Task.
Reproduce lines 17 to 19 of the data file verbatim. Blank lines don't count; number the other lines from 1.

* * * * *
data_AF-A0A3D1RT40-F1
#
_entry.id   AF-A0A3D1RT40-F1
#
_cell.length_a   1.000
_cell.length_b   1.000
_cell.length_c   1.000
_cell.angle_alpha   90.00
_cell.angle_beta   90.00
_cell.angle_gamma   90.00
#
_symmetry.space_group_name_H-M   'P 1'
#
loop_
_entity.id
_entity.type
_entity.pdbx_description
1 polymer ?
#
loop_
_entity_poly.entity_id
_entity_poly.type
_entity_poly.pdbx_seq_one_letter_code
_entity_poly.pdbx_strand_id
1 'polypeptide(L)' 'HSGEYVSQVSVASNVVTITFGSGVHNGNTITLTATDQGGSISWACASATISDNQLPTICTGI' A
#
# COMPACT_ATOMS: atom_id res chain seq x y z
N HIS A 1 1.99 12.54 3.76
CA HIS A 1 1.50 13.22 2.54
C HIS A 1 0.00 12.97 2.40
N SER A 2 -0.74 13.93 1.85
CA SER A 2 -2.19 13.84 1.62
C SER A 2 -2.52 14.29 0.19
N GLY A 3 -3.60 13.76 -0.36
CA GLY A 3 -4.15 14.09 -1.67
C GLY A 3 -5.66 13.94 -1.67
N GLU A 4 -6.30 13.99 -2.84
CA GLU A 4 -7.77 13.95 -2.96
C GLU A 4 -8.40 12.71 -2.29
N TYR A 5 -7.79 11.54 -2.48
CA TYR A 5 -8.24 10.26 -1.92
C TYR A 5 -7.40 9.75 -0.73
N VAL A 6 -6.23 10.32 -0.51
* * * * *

_entity.pdbx_description
1 polymer ?
#